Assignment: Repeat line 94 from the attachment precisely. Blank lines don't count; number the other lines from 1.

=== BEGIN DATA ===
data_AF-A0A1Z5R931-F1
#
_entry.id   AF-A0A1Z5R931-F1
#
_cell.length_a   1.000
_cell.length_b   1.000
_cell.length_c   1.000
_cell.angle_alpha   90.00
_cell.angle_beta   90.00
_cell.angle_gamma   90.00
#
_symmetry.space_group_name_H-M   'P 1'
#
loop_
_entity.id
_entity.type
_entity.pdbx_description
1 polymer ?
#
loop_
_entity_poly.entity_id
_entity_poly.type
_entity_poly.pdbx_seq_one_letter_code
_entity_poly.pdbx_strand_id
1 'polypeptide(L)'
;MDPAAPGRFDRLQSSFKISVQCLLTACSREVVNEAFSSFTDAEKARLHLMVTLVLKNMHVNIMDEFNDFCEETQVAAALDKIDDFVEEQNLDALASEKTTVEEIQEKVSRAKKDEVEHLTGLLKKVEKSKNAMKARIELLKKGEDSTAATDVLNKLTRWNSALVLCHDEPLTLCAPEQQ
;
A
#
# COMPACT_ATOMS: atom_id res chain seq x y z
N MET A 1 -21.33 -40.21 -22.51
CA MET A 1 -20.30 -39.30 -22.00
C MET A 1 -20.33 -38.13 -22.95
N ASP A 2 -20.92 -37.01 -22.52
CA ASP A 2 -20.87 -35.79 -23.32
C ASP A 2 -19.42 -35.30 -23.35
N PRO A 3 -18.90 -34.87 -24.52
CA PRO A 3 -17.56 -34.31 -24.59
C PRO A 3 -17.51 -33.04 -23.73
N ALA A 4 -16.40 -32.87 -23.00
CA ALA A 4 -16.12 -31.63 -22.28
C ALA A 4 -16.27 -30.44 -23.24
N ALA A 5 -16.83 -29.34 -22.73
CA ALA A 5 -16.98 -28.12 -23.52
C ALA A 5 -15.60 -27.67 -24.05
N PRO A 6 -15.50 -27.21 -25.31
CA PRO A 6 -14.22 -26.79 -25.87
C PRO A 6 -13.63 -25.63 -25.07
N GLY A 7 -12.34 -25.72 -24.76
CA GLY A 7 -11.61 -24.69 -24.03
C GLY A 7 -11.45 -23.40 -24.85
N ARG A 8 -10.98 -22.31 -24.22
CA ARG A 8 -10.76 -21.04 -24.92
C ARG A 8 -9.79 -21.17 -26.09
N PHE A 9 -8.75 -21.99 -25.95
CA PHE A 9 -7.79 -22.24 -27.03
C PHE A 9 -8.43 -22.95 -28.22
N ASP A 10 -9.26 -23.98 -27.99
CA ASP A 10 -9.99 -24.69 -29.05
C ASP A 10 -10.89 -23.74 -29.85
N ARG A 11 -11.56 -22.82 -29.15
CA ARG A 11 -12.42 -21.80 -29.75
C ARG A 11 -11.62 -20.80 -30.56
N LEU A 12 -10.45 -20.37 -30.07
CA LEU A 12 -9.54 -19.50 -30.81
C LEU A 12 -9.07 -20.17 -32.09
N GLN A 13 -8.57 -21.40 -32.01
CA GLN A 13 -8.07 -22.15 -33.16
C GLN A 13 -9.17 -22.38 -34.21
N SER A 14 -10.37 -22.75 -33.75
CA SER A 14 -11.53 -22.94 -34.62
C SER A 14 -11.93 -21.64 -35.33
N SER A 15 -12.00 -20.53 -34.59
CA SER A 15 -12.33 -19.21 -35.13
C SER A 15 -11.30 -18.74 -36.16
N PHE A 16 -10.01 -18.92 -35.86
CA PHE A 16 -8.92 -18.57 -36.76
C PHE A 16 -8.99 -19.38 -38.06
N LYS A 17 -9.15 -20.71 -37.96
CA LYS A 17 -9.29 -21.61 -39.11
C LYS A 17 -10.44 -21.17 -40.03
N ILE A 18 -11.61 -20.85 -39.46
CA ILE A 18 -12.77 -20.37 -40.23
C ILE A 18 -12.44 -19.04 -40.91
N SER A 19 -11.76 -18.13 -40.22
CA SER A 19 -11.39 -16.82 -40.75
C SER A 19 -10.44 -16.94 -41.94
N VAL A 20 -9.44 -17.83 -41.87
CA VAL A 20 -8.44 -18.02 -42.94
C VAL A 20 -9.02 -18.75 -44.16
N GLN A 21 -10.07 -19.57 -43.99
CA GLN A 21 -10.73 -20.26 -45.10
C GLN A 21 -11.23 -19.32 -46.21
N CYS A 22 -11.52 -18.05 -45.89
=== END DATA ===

N CYS A 22 -11.52 -18.05 -45.89